One common challenge here is creating a large enough sample size for the information you collect to be valuable. In the earliest stages, a startup might only have a handful of customers who happen to be friends, family, or business associates of the founders. It’s sometimes challenging to get an unbiased opinion from these early users.A better solution for gathering data to improve your startup is to combine the feedback of early users with insights gleaned from your ideal customer through interviews. Click To Tweet
This kind of approach makes your analysis more well-rounded since you can weigh feedback from people who may not be using your product yet but fall within the desired target audience.
Build a community
The desire to belong to a group – especially an exclusive or highly-respected one – is a fundamental human trait that evolved after millions of years of depending on membership in a tribe for survival. Accordingly, tactics that reinforce the feeling of a community are effective for marketers and entrepreneurs even in today’s era of digital businesses.
Many of the most successful startups – in both B2B and B2C – have gained major traction by forming communities around their products and/or services. This is common in the sales and marketing space, where companies often create their own curriculum and certifications that help customers learn while they use the product. These kinds of initiatives can also create a fruitful reseller program if that’s a channel your startup is interested in exploring as an avenue for additional growth.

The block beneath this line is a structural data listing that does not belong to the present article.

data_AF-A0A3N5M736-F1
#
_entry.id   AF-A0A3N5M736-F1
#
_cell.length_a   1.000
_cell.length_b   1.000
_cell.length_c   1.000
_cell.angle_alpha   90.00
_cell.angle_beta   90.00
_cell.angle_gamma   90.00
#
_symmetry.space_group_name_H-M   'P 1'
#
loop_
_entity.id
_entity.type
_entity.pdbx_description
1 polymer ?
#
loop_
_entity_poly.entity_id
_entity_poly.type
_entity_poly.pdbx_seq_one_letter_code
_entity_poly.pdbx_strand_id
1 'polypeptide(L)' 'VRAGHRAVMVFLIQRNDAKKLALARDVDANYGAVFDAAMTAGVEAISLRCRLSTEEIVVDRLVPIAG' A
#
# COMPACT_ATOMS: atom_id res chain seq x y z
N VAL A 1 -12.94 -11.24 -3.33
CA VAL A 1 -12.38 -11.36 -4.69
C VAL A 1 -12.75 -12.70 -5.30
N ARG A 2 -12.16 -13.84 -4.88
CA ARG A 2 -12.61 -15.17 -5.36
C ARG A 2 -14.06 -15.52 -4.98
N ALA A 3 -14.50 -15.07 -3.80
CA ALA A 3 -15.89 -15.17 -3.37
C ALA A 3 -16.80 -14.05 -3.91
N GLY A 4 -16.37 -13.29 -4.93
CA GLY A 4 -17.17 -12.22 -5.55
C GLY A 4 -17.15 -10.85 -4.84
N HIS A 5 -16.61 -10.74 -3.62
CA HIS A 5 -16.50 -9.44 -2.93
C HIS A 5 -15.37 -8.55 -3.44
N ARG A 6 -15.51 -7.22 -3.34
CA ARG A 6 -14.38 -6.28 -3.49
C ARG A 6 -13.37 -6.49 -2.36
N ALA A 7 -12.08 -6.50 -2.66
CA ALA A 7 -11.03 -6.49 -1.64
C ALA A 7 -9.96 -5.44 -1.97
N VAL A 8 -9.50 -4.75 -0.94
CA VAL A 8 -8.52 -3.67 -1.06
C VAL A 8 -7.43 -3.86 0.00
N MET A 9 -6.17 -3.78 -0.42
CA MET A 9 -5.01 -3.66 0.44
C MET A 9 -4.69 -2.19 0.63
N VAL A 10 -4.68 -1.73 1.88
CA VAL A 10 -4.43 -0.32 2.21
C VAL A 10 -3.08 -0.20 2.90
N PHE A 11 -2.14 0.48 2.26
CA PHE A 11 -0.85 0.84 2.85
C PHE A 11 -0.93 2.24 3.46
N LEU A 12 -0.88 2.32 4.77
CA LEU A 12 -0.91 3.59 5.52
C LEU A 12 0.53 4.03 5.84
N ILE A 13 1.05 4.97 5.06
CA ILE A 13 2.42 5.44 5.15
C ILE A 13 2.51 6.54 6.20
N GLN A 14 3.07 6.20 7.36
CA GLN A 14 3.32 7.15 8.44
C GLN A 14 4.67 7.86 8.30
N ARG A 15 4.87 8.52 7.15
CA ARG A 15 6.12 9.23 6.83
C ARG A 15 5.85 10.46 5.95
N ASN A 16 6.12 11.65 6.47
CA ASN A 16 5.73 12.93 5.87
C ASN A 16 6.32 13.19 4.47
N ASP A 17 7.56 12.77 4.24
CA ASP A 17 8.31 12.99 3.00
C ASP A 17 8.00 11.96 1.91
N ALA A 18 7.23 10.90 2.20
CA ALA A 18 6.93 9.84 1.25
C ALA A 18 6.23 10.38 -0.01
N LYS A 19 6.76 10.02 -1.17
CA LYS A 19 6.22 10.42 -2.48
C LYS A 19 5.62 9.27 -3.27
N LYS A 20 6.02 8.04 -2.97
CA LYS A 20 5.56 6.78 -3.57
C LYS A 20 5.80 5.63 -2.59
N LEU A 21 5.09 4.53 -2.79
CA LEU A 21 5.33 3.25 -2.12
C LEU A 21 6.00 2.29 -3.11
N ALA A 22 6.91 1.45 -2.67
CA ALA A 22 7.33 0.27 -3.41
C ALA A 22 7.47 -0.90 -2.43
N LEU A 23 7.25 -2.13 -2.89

Of course, in the beginning stages of a startup, it might not be feasible to build out an entire online university to train prospects and customers on best practices. This is a time when you can take advantage of networks that already have a built-in audience of hundreds of millions of people: social media. Almost every network has a system you can use to organize your content in a way that helps establish community, from hashtags to lists and groups. If you start off with a consistent effort to build a real community on social media, it won’t be difficult to eventually transition to an owned property – as long as you’re adding real value for members. If it’s within your budget, you might also consider investing in paid advertisements on social networks as a way to accelerate your efforts to make people interested in your offering through the community.
Early growth depends on agility and customer satisfaction
The startups that are able to grow past the initial seed stage and become a thriving, profitable business that satisfies a need for customers are the ones pre-eminently focused on improving the user experience. To keep up with a rapidly developing marketplace and ensure the company can grow fast enough, a startup and its marketing both need to incorporate feedback from prospects and customers in a timely fashion. Whether it’s a full pivot or a slight course correction, keeping a marketing plan on track in the seed stage is more important than almost any other time in a company’s existence.
Making these kinds of adjustments in the midst of everything else going on at a startup can be a real challenge. It may be necessary to bring in outside help that can offer executive-level guidance. A fractional CMO can be a great fit for these situations, when you need an experienced leader to oversee your campaigns without the significant investment required to bring on a full-time C-level marketer. For more information, click here to schedule an introductory call.